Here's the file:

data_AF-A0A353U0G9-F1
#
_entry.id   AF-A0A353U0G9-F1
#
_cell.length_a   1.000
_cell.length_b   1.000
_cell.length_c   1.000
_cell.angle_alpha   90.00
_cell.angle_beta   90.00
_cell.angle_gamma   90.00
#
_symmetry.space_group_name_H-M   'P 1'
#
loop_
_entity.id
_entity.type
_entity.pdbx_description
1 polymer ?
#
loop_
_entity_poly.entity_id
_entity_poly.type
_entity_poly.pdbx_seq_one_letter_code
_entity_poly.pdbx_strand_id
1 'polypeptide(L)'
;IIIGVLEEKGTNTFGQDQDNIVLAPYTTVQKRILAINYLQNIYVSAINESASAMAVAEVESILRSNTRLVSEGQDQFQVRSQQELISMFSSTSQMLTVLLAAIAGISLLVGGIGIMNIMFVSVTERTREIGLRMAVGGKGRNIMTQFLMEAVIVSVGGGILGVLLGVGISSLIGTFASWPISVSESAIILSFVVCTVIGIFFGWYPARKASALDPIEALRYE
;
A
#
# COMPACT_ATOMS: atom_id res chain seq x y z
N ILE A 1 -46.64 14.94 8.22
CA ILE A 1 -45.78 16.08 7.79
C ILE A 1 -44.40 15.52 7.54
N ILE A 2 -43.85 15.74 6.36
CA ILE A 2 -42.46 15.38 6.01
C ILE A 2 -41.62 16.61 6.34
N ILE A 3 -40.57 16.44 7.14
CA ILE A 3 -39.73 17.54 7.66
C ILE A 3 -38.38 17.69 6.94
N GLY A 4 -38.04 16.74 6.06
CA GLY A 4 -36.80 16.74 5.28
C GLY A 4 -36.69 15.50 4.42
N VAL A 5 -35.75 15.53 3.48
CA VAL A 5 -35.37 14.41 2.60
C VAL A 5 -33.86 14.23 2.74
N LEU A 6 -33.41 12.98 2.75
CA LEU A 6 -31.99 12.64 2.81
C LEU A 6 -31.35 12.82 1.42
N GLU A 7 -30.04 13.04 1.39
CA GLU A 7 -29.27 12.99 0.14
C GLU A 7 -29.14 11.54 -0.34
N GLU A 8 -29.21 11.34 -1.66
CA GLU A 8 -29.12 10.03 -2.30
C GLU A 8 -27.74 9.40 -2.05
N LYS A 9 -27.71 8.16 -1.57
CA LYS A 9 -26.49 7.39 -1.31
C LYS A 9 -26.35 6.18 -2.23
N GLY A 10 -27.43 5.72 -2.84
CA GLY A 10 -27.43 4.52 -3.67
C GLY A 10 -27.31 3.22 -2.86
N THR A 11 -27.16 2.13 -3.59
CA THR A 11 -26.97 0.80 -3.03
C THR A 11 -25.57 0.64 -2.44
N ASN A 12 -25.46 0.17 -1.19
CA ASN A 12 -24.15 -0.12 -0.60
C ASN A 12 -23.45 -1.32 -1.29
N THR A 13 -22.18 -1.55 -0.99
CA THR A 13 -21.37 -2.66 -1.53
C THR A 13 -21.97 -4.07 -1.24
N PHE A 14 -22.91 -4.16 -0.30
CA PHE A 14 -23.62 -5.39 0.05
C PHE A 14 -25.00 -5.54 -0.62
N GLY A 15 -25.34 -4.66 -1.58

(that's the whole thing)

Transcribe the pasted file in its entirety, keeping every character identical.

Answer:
data_AF-A0A353U0G9-F1
#
_entry.id   AF-A0A353U0G9-F1
#
_cell.length_a   1.000
_cell.length_b   1.000
_cell.length_c   1.000
_cell.angle_alpha   90.00
_cell.angle_beta   90.00
_cell.angle_gamma   90.00
#
_symmetry.space_group_name_H-M   'P 1'
#
loop_
_entity.id
_entity.type
_entity.pdbx_description
1 polymer ?
#
loop_
_entity_poly.entity_id
_entity_poly.type
_entity_poly.pdbx_seq_one_letter_code
_entity_poly.pdbx_strand_id
1 'polypeptide(L)'
;IIIGVLEEKGTNTFGQDQDNIVLAPYTTVQKRILAINYLQNIYVSAINESASAMAVAEVESILRSNTRLVSEGQDQFQVRSQQELISMFSSTSQMLTVLLAAIAGISLLVGGIGIMNIMFVSVTERTREIGLRMAVGGKGRNIMTQFLMEAVIVSVGGGILGVLLGVGISSLIGTFASWPISVSESAIILSFVVCTVIGIFFGWYPARKASALDPIEALRYE
;
A
#
# COMPACT_ATOMS: atom_id res chain seq x y z
N ILE A 1 -46.64 14.94 8.22
CA ILE A 1 -45.78 16.08 7.79
C ILE A 1 -44.40 15.52 7.54
N ILE A 2 -43.85 15.74 6.36
CA ILE A 2 -42.46 15.38 6.01
C ILE A 2 -41.62 16.61 6.34
N ILE A 3 -40.57 16.44 7.14
CA ILE A 3 -39.73 17.54 7.66
C ILE A 3 -38.38 17.69 6.94
N GLY A 4 -38.04 16.74 6.06
CA GLY A 4 -36.80 16.74 5.28
C GLY A 4 -36.69 15.50 4.42
N VAL A 5 -35.75 15.53 3.48
CA VAL A 5 -35.37 14.41 2.60
C VAL A 5 -33.86 14.23 2.74
N LEU A 6 -33.41 12.98 2.75
CA LEU A 6 -31.99 12.64 2.81
C LEU A 6 -31.35 12.82 1.42
N GLU A 7 -30.04 13.04 1.39
CA GLU A 7 -29.27 12.99 0.14
C GLU A 7 -29.14 11.54 -0.34
N GLU A 8 -29.21 11.34 -1.66
CA GLU A 8 -29.12 10.03 -2.30
C GLU A 8 -27.74 9.40 -2.05
N LYS A 9 -27.71 8.16 -1.57
CA LYS A 9 -26.49 7.39 -1.31
C LYS A 9 -26.35 6.18 -2.23
N GLY A 10 -27.43 5.72 -2.84
CA GLY A 10 -27.43 4.52 -3.67
C GLY A 10 -27.31 3.22 -2.86
N THR A 11 -27.16 2.13 -3.59
CA THR A 11 -26.97 0.80 -3.03
C THR A 11 -25.57 0.64 -2.44
N ASN A 12 -25.46 0.17 -1.19
CA ASN A 12 -24.15 -0.12 -0.60
C ASN A 12 -23.45 -1.32 -1.29
N THR A 13 -22.18 -1.55 -0.99
CA THR A 13 -21.37 -2.66 -1.53
C THR A 13 -21.97 -4.07 -1.24
N PHE A 14 -22.91 -4.16 -0.30
CA PHE A 14 -23.62 -5.39 0.05
C PHE A 14 -25.00 -5.54 -0.62
N GLY A 15 -25.34 -4.66 -1.58